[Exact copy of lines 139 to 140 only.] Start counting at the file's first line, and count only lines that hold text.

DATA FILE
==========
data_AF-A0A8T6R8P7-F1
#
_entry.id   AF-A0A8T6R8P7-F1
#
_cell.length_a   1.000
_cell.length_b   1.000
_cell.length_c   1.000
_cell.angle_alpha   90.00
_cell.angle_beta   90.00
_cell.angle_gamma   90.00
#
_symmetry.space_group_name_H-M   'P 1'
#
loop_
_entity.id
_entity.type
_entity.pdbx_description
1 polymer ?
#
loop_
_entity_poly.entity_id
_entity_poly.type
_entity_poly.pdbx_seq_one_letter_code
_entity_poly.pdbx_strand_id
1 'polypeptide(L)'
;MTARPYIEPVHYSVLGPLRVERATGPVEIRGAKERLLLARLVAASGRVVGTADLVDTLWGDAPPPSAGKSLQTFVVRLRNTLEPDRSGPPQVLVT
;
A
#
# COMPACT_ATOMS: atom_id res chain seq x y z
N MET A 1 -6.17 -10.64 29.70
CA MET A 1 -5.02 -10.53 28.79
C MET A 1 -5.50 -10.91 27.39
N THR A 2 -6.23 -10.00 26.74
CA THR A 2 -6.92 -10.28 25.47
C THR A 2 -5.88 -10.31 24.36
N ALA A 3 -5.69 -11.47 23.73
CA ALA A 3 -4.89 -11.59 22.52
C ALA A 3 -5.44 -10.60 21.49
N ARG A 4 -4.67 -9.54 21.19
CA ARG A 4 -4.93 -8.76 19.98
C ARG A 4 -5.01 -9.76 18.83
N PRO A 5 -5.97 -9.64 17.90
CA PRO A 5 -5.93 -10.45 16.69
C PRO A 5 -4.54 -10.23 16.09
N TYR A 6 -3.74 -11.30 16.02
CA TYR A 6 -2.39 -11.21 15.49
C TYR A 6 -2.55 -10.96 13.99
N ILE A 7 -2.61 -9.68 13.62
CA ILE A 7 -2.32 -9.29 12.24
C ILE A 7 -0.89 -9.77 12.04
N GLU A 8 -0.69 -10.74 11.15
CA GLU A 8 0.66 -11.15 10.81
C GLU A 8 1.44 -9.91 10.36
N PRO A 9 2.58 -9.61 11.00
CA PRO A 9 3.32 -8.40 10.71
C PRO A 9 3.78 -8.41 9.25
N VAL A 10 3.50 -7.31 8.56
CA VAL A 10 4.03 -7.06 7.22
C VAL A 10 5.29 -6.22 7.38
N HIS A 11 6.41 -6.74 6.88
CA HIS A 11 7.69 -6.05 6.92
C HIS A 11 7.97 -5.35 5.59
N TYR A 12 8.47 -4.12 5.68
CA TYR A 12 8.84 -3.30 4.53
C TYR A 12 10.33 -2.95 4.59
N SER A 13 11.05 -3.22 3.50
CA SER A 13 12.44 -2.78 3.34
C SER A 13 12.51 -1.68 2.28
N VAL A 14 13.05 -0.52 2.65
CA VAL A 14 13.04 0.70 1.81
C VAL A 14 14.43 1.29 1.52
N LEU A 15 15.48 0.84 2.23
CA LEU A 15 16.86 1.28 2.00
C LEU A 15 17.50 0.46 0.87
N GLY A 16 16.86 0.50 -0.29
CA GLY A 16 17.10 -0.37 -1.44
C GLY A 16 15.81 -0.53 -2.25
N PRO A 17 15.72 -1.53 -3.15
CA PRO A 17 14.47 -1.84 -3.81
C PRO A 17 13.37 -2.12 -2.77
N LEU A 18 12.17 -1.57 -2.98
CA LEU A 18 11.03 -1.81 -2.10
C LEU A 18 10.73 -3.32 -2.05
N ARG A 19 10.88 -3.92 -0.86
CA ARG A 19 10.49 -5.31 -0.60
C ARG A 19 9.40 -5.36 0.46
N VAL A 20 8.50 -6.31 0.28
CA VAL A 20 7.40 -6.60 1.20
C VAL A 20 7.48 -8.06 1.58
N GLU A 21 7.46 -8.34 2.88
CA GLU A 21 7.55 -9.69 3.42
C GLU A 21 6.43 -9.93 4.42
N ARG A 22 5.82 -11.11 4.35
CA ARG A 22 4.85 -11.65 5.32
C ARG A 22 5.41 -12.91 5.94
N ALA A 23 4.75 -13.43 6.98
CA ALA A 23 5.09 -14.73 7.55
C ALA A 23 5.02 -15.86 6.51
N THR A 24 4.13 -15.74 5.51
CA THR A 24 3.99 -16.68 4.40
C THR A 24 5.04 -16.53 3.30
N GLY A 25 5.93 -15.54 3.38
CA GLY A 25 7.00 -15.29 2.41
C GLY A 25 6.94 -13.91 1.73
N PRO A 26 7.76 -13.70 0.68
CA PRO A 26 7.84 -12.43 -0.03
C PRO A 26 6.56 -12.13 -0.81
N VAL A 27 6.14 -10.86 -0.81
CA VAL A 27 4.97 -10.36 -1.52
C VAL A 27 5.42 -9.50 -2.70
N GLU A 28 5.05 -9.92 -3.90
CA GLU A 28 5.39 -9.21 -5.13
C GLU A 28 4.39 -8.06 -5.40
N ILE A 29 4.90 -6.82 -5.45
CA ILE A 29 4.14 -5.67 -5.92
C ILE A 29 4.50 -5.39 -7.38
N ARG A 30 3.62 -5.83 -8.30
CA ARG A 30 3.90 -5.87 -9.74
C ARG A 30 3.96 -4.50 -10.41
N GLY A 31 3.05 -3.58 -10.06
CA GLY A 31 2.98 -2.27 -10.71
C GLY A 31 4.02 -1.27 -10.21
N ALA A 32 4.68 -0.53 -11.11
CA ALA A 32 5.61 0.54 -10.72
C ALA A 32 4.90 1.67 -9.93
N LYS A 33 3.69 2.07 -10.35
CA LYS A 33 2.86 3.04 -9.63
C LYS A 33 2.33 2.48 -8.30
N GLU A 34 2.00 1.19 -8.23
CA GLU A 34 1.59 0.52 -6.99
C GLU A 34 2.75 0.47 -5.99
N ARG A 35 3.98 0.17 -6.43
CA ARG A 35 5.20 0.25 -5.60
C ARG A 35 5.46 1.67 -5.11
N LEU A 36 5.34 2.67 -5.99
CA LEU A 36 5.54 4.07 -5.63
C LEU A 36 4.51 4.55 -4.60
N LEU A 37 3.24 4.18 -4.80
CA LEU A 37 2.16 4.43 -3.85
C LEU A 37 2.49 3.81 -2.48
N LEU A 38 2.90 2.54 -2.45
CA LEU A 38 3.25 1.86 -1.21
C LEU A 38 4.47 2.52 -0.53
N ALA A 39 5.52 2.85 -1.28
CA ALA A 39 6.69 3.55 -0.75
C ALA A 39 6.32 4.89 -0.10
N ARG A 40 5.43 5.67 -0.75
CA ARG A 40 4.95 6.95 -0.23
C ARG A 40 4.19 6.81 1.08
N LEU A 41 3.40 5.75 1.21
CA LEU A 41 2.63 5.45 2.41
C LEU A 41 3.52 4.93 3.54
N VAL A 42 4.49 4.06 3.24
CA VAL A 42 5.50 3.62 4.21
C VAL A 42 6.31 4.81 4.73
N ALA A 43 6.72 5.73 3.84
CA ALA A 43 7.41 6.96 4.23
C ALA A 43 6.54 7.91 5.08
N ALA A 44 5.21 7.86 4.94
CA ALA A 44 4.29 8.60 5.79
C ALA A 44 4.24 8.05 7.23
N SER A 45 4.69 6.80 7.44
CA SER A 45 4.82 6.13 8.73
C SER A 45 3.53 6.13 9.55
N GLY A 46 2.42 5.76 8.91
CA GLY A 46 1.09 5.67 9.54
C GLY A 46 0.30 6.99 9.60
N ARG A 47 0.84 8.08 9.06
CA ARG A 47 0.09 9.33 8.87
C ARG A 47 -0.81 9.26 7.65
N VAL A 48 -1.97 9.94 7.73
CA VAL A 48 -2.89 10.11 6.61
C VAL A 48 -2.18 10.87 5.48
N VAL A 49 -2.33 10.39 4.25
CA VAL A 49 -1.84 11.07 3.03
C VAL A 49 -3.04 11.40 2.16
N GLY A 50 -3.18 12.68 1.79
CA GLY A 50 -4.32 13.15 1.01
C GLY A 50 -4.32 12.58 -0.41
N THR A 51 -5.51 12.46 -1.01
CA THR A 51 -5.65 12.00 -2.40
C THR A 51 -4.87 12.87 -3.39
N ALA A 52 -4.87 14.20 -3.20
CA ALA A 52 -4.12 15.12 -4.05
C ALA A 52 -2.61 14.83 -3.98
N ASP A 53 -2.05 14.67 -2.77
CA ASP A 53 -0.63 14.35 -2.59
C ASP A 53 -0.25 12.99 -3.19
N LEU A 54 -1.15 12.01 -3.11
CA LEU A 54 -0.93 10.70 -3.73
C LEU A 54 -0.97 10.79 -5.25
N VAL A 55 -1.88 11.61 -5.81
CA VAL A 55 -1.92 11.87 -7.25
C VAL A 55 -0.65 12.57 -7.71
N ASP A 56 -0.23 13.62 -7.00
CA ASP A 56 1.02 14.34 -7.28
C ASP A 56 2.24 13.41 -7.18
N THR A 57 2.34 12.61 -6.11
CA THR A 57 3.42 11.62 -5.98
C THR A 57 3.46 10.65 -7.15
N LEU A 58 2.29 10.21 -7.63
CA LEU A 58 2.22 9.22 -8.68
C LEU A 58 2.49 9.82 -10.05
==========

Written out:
N LEU A 37 3.24 4.18 -4.80
CA LEU A 37 2.16 4.43 -3.85